The Women of Faith Ministry promotes Orthodox Christian Fellowship with the purpose of glorifying God together by way of faith, fellowship, prayer, and the study of God’s word. Weekly Bible studies are led by Fr. Peter and are followed by a time of spiritual enrichment and discussion, as well as a time of prayer. Class meets on Thursday mornings from 10:00 am to Noon in the fall and during Great Lent. Refreshments are provided. Women who cannot attend the class can join the email group to participate in weekly summaries and prayer requests. Please contact coordinator Lauren Karanikolas at email@example.com with questions or to be added to the email distribution list.
Fall 2019 dates: Thursday October 3rd-Thursday November 7th.
We invite all women of faith to study together the Book of Ephesians. Please bring your Orthodox Study Bible, or you can purchase one in class for $32.
Introduction to Ephesians from the Orthodox Study Bible
Author—Some have cited differences in style, vocabulary, and doctrinal emphasis between Ephesians and other Pauline epistles to dispute Paul’s authorship of Ephesians. However, the epistle itself claims to be written by Paul (1:1), and the Church has recognized Paul as the author, writing under the inspiration of the Holy Spirit. Because Paul dictated some of his letters, differences in content and style would be expected.
Date—Paul probably wrote Ephesians from Rome during his imprisonment in AD 61–63, as recorded in Acts 28:16–31.
Major Theme— The riches of Christ in the Church. The mystery of salvation in the Church, the body of Christ, is not only for all mankind but for all creation, affecting this age and the age to come. The body of Christ is the center and life of all. Subthemes include:
- The work of the Holy Trinity in our salvation (1:3–14, 17; 2:18, 22; 3:4, 5, 14–17, 20, 21; 4:3–6; 5:18–21 )
- The blessings of Christ to the Church (1:1–3:21 )
- Our response to God’s grace (4:1–6:24 )
- God’s strength for spiritual warfare (1:19–2:10; 4:17–31; 6:10–18 )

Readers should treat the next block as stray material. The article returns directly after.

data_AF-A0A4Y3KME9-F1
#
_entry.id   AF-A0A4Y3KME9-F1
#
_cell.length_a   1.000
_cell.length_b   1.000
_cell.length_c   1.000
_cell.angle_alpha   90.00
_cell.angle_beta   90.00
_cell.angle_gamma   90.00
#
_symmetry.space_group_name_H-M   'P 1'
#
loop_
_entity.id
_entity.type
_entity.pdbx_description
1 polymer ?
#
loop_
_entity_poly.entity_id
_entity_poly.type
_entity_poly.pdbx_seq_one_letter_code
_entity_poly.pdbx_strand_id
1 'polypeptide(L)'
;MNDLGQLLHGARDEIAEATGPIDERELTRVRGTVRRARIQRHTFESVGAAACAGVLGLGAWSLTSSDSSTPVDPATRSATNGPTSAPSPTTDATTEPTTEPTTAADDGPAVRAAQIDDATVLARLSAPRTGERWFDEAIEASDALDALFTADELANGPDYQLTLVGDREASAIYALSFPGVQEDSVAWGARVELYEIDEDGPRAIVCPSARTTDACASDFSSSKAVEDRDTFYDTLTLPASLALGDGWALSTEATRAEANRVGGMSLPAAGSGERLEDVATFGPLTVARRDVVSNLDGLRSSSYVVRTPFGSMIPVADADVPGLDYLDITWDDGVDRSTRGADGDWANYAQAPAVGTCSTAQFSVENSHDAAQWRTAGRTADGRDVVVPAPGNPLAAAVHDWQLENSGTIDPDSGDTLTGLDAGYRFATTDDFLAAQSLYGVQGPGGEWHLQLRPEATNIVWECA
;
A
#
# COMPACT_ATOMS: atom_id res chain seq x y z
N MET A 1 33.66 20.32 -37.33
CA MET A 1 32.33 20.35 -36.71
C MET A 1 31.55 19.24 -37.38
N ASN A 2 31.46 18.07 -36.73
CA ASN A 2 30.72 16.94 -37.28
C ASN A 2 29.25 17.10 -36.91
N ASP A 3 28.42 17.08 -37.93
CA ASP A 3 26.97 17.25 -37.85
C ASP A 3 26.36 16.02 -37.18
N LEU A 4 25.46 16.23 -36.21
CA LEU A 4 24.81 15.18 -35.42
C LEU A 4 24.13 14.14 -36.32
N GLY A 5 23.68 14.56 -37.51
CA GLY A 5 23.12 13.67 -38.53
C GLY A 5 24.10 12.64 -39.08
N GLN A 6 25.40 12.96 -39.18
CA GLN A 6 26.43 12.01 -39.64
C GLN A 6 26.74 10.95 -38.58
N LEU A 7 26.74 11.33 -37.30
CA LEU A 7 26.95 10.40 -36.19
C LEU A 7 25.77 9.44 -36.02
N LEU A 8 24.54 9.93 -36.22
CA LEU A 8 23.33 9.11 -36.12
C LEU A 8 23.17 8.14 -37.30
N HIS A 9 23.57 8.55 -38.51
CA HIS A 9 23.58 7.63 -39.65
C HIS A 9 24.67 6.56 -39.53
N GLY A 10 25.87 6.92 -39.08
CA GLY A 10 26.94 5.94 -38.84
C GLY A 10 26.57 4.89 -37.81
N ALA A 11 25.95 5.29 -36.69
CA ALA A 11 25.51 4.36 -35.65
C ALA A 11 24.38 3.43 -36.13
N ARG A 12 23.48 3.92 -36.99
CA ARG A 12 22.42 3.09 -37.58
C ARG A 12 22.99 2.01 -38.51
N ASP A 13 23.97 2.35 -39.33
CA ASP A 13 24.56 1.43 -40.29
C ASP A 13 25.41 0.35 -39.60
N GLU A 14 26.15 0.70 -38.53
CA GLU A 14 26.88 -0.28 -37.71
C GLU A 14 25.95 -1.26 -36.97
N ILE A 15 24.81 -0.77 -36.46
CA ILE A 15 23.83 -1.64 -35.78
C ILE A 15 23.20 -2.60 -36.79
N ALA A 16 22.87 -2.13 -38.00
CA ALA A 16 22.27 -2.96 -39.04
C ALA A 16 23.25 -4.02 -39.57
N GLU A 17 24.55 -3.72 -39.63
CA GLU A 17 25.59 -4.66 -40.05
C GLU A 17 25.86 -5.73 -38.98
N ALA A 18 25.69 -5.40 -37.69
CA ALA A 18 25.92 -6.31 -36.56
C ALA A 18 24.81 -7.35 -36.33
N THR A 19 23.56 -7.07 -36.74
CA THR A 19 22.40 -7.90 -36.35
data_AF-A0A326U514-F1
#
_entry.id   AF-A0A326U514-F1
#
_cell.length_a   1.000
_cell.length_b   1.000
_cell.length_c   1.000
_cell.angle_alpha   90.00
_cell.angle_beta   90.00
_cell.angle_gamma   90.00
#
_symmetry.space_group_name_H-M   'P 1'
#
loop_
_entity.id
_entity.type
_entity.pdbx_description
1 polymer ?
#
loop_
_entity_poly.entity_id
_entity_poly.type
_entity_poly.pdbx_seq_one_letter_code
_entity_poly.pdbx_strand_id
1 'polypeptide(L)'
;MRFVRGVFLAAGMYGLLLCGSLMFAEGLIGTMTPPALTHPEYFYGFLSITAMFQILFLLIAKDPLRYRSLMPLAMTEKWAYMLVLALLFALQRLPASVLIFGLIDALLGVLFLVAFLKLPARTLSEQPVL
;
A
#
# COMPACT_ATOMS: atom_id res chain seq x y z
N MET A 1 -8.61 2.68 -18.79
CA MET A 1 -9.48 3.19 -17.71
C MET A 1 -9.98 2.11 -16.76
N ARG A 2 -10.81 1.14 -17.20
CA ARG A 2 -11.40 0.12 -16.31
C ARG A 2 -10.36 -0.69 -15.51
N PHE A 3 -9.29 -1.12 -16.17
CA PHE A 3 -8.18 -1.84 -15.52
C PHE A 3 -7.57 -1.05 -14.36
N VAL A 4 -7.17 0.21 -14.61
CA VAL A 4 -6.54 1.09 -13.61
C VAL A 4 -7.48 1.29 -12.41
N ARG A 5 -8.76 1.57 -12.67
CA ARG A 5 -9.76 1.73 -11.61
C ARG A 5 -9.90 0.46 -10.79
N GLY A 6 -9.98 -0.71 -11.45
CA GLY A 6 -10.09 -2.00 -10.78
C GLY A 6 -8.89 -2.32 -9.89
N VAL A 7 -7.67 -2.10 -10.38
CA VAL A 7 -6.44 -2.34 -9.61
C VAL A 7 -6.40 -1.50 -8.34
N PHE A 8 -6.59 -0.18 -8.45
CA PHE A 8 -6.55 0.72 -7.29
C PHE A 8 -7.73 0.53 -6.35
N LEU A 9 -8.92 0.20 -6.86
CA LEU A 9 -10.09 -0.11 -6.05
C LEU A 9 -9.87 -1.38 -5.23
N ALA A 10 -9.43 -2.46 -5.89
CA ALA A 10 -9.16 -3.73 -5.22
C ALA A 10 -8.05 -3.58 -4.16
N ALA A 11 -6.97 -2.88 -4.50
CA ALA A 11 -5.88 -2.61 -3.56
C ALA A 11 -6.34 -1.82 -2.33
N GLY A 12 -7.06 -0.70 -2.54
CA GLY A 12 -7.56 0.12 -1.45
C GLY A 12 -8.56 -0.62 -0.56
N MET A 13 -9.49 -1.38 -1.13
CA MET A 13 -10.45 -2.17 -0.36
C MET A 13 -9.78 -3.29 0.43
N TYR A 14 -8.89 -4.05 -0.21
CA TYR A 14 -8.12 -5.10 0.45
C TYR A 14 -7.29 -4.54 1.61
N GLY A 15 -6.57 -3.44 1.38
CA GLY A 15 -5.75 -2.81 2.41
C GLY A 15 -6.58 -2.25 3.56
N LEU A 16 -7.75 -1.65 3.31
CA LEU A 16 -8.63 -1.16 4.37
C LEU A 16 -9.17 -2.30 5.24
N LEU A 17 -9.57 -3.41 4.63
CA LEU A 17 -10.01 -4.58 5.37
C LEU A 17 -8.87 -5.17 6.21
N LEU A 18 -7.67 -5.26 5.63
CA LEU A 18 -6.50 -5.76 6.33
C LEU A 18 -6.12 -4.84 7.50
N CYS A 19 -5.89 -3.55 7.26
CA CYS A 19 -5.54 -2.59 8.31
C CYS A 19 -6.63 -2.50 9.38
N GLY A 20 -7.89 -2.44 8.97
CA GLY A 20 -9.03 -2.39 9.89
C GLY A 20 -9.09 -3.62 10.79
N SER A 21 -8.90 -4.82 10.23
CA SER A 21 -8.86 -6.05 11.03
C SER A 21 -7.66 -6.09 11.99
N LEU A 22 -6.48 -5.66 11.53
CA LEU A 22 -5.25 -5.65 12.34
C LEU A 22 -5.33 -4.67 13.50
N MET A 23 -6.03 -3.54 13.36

Background—Some of the early manuscripts do not have “in Ephesus” in verse 1. Further, the content of Ephesians is general, which gives it the character of a book rather than a letter. It includes no personal greetings, although it is addressed to a city where Paul had spent two and a half years in the midfifties AD (Acts 19:8, 10; 20:17, 31). It is probable, then, that this letter was intended not just for the Ephesians, but also for circulation among the churches of western Asia Minor that Paul had founded from Ephesus during his third missionary journey. It is possible Ephesians is the “letter to the Laodiceans” mentioned in Colossians 4:16.
- Greeting (1:1, 2)
- Praise of God’s Plan for the World (1:3–23)
- The creative sovereignty of the Father (1:3–6)
- The redemptive administration of the Son (1:7–12)
- The perfecting faithfulness of the Spirit (1:13, 14)
- A prayer for revelation (1:15–23)
- Theology of Christ and His Church (2:1–3:21)
- Salvation as a gift for all (2:1–10)
- The church as one household for all (2:11–22)
- The apostles as faithful messengers (3:1–13)
- A prayer for the deification of the Church (3:14–21)
- Conduct of the Body of Christ (4:1–6:20)
- As the body of Christ (4:1–16)
- As children of God (4:17–5:5)
- As partakers of light (5:6–21)
- As families in the Church (5:22–6:9)
- As soldiers of Christ (6:10–20)
- Conclusion (6:21–24)